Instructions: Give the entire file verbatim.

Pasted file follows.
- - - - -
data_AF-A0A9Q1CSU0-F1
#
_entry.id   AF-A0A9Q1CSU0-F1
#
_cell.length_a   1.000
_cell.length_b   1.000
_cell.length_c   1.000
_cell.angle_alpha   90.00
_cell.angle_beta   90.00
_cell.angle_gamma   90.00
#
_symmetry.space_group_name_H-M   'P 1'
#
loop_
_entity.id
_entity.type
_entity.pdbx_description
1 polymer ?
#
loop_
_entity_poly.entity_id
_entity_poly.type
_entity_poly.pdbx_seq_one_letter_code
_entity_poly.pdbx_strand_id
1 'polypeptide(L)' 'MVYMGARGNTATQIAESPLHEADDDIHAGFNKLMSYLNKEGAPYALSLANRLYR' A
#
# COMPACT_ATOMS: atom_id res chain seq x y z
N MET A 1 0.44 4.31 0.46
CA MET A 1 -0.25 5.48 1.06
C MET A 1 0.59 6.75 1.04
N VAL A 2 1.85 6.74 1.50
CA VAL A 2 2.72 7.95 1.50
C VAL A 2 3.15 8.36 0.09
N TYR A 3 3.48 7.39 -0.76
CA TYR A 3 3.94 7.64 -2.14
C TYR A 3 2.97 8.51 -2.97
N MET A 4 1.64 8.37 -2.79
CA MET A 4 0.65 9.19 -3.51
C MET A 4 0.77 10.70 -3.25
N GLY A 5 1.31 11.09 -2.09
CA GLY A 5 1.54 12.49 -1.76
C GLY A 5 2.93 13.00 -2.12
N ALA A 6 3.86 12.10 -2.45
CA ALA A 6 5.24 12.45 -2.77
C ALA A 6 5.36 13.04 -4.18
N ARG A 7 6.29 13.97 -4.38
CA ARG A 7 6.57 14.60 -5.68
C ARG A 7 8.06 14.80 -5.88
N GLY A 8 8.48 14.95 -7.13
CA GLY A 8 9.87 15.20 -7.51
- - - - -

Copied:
data_AF-A0A9Q1CSU0-F1
#
_entry.id   AF-A0A9Q1CSU0-F1
#
_cell.length_a   1.000
_cell.length_b   1.000
_cell.length_c   1.000
_cell.angle_alpha   90.00
_cell.angle_beta   90.00
_cell.angle_gamma   90.00
#
_symmetry.space_group_name_H-M   'P 1'
#
loop_
_entity.id
_entity.type
_entity.pdbx_description
1 polymer ?
#
loop_
_entity_poly.entity_id
_entity_poly.type
_entity_poly.pdbx_seq_one_letter_code
_entity_poly.pdbx_strand_id
1 'polypeptide(L)' 'MVYMGARGNTATQIAESPLHEADDDIHAGFNKLMSYLNKEGAPYALSLANRLYR' A
#
# COMPACT_ATOMS: atom_id res chain seq x y z
N MET A 1 0.44 4.31 0.46
CA MET A 1 -0.25 5.48 1.06
C MET A 1 0.59 6.75 1.04
N VAL A 2 1.85 6.74 1.50
CA VAL A 2 2.72 7.95 1.50
C VAL A 2 3.15 8.36 0.09
N TYR A 3 3.48 7.39 -0.76
CA TYR A 3 3.94 7.64 -2.14
C TYR A 3 2.97 8.51 -2.97
N MET A 4 1.64 8.37 -2.79
CA MET A 4 0.65 9.19 -3.51
C MET A 4 0.77 10.70 -3.25
N GLY A 5 1.31 11.09 -2.09
CA GLY A 5 1.54 12.49 -1.76
C GLY A 5 2.93 13.00 -2.12
N ALA A 6 3.86 12.10 -2.45
CA ALA A 6 5.24 12.45 -2.77
C ALA A 6 5.36 13.04 -4.18
N ARG A 7 6.29 13.97 -4.38
CA ARG A 7 6.57 14.60 -5.68
C ARG A 7 8.06 14.80 -5.88
N GLY A 8 8.48 14.95 -7.13
CA GLY A 8 9.87 15.20 -7.51